ROCHESTER — Jesusa Rodríguez said it was not difficult to be the eldest of 12 children growing up in her native Puerto Rico.
"I helped them, and they helped me," she said of her brothers and sisters.
Her easygoing nature is one of the secrets to reaching age 107, said her niece, Carmen Vázquez.
"She was not the type of person to let things get to her," Vázquez said.
On June 9, Rodríguez was one of 11 residents of St. Ann’s Home who were honored during an annual celebration for residents turning 100 or older. Eight of the 11 centenarians recognized during the June 9 gathering sat at tables decorated with such mementos as wedding photos, biographies and certificates.
"These folks … have lived what we read about in history books," said Michael McRae, St. Ann’s president and chief executive officer. "And you never know where you are going if you don’t know where you’ve been."
The centenarians honored along with Rodríguez were: Rose Anuszkiewicz, Marie Casey, Agnes Lipsett, Rose Angelico, Evelyn Makowiecki, Idell Nesser, Josephine Pilato, Josephine Thomas, Pearl Monteau and Nora Barnes.
Rodríguez laughed when her niece told her the residents and staff members had gathered in the community room to help celebrate her upcoming birthday on July 3. The event featured music from St. Ann’s resident choir, cupcakes and a rendition of the birthday song.
"These are my companions," she replied as she looked around the room.
Photos of 106 year old Jesusa Rodriquez sit near her during the St. Ann Community’s annual Centenarian Salute June 9.
Many staff members and relatives of the other centenarians wished Rodríguez a happy birthday, and most of them also asked her about the secret to a long life. Rodríguez has good genes, Vázquez said, noting that her parents lived into their 90s. She also has outlived eight of her nine brothers — two were twins who died as infants — and both of her sisters. Her youngest brother is 91 and still lives in Puerto Rico.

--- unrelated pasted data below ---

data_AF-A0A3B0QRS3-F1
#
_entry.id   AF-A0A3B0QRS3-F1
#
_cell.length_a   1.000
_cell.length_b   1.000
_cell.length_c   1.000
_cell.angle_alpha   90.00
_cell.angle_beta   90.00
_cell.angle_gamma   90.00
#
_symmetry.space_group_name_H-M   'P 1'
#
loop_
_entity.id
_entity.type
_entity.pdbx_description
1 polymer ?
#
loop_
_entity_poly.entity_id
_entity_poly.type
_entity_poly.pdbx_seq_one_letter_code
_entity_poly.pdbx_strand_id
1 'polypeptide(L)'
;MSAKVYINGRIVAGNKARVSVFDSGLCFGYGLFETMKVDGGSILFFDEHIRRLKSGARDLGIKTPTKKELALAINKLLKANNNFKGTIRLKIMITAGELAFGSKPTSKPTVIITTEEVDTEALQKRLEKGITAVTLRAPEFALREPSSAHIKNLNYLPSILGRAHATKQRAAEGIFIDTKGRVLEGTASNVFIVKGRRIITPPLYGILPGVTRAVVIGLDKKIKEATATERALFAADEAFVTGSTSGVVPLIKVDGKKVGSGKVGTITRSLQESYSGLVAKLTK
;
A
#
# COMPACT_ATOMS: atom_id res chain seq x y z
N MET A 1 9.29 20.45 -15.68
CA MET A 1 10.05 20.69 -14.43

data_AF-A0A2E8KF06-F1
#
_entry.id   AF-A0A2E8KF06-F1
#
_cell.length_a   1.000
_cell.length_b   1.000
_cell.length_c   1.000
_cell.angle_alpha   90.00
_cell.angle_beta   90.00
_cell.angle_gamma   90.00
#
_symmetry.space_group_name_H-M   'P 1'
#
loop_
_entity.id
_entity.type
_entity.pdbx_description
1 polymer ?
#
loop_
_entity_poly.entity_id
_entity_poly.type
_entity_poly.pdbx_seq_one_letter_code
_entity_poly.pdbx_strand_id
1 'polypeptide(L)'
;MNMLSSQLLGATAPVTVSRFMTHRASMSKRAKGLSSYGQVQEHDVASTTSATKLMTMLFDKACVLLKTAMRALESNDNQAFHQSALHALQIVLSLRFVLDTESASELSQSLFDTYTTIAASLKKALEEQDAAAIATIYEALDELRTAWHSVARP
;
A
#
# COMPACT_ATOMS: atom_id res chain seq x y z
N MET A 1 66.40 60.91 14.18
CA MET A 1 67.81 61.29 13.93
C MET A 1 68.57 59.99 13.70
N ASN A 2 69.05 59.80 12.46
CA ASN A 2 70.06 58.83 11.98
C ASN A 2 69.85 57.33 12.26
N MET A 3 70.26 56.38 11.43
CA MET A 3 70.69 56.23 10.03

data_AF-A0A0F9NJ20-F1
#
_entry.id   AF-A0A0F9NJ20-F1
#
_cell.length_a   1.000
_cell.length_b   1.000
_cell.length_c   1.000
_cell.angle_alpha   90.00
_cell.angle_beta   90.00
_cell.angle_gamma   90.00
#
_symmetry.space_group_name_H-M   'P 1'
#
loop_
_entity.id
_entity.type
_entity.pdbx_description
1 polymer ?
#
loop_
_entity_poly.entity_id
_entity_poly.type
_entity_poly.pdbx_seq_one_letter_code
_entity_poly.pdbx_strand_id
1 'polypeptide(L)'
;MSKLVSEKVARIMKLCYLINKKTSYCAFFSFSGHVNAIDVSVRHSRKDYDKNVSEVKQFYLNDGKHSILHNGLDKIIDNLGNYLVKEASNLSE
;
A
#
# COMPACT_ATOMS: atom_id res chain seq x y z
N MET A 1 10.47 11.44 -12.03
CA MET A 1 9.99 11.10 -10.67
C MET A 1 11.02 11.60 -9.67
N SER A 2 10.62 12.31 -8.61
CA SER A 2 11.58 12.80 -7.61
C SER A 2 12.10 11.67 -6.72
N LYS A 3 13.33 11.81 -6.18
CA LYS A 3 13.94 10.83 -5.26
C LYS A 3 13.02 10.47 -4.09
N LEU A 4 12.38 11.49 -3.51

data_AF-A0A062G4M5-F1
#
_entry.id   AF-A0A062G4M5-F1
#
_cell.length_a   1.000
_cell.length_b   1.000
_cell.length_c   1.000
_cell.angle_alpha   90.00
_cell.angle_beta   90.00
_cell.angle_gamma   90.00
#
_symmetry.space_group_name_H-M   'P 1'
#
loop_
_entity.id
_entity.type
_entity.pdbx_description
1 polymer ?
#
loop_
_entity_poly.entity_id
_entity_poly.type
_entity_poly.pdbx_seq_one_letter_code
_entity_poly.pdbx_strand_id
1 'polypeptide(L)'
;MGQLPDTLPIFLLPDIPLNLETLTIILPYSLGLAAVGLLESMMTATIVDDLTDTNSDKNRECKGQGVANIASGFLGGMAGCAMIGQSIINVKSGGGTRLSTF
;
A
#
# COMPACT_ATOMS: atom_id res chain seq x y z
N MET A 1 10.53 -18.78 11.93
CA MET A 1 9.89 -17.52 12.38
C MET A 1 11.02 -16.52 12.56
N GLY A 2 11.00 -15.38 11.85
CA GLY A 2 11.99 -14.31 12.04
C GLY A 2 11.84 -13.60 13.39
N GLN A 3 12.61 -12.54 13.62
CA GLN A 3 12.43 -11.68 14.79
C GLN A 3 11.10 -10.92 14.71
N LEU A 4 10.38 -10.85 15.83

Rodríguez said the secret is simple: Eating well, being good to your family and faith in God.
"Faith is what’s most important," she said.
During her youth, her family lived off the land raising chickens and pigs in Ceiba, Puerto Rico. She moved to the Bronx in the 1940s, got married and helped raise Vázquez and her sisters, her niece said. Her aunt loved children but was not able to have her own, she noted.
Rodríguez worked as a seamstress, a career of which she is quite proud, Vázquez said. Rodríguez explained that she made dress clothes and wedding gowns as well as undergarments at a factory in New York City.
"I made beautiful dresses," Rodríguez remarked.
She said she learned to sew from her mother, and in her youth, made clothes for her siblings and other family members. As a seamstress, she not only made beautiful clothes, she also wore them well when her coworkers needed a model, she added.
"They chose me (to model for them)," she remarked.
She recalled that her parents became ill in the late 1950s. Since her husband of 10 years had already died by that time, Rodríguez moved back to Puerto Rico to care for them.
Rodríguez left the island to move to Rochester more than 30 years ago, living for the last two decades with Vázquez and her family in Greece. She continued traveling back and forth to Puerto Rico almost every year until she moved to St. Ann’s at age 103.
Rodríguez said she was happiest on her native island.
"My family was there," she said. "And we were together. … I love Puerto Rico more than anywhere else."
Vázquez said she visits her aunt nearly every day and helps with her meals. She often is accompanied by her friend, Isabel Alvárez of Rochester, who attended the birthday festivities on June 9.
"I love her like a grandmother," Alvarez said of Rodríguez. "We are family if not by blood."